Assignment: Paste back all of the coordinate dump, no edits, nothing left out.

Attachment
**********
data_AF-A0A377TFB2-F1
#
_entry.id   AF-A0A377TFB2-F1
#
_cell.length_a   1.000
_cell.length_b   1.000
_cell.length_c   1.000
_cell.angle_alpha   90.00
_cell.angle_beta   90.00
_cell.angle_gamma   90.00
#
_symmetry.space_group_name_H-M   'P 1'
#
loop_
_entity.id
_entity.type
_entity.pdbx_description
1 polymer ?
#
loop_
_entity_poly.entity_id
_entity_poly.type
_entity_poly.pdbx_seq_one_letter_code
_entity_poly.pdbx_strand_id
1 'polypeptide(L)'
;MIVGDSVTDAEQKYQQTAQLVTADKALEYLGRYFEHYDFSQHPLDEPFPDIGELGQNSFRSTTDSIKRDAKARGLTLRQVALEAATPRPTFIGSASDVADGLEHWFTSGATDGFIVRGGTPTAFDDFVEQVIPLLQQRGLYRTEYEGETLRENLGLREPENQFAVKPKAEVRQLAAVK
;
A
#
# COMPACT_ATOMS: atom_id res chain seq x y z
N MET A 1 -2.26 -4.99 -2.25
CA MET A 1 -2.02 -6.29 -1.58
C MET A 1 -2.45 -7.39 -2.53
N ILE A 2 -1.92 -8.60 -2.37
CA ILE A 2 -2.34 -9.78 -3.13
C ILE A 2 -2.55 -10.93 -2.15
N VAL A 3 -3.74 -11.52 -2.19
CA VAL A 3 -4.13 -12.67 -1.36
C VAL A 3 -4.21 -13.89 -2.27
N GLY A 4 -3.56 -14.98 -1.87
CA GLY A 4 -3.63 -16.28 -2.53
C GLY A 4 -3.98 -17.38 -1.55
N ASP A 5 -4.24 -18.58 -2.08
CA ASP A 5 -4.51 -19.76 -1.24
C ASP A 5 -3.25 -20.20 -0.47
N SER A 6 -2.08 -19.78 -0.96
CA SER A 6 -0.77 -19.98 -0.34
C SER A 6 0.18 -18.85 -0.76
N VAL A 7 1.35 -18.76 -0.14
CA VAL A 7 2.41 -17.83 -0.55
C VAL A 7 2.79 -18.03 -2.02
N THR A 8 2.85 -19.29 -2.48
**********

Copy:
data_AF-A0A377TFB2-F1
#
_entry.id   AF-A0A377TFB2-F1
#
_cell.length_a   1.000
_cell.length_b   1.000
_cell.length_c   1.000
_cell.angle_alpha   90.00
_cell.angle_beta   90.00
_cell.angle_gamma   90.00
#
_symmetry.space_group_name_H-M   'P 1'
#
loop_
_entity.id
_entity.type
_entity.pdbx_description
1 polymer ?
#
loop_
_entity_poly.entity_id
_entity_poly.type
_entity_poly.pdbx_seq_one_letter_code
_entity_poly.pdbx_strand_id
1 'polypeptide(L)'
;MIVGDSVTDAEQKYQQTAQLVTADKALEYLGRYFEHYDFSQHPLDEPFPDIGELGQNSFRSTTDSIKRDAKARGLTLRQVALEAATPRPTFIGSASDVADGLEHWFTSGATDGFIVRGGTPTAFDDFVEQVIPLLQQRGLYRTEYEGETLRENLGLREPENQFAVKPKAEVRQLAAVK
;
A
#
# COMPACT_ATOMS: atom_id res chain seq x y z
N MET A 1 -2.26 -4.99 -2.25
CA MET A 1 -2.02 -6.29 -1.58
C MET A 1 -2.45 -7.39 -2.53
N ILE A 2 -1.92 -8.60 -2.37
CA ILE A 2 -2.34 -9.78 -3.13
C ILE A 2 -2.55 -10.93 -2.15
N VAL A 3 -3.74 -11.52 -2.19
CA VAL A 3 -4.13 -12.67 -1.36
C VAL A 3 -4.21 -13.89 -2.27
N GLY A 4 -3.56 -14.98 -1.87
CA GLY A 4 -3.63 -16.28 -2.53
C GLY A 4 -3.98 -17.38 -1.55
N ASP A 5 -4.24 -18.58 -2.08
CA ASP A 5 -4.51 -19.76 -1.24
C ASP A 5 -3.25 -20.20 -0.47
N SER A 6 -2.08 -19.78 -0.96
CA SER A 6 -0.77 -19.98 -0.34
C SER A 6 0.18 -18.85 -0.76
N VAL A 7 1.35 -18.76 -0.14
CA VAL A 7 2.41 -17.83 -0.55
C VAL A 7 2.79 -18.03 -2.02
N THR A 8 2.85 -19.29 -2.48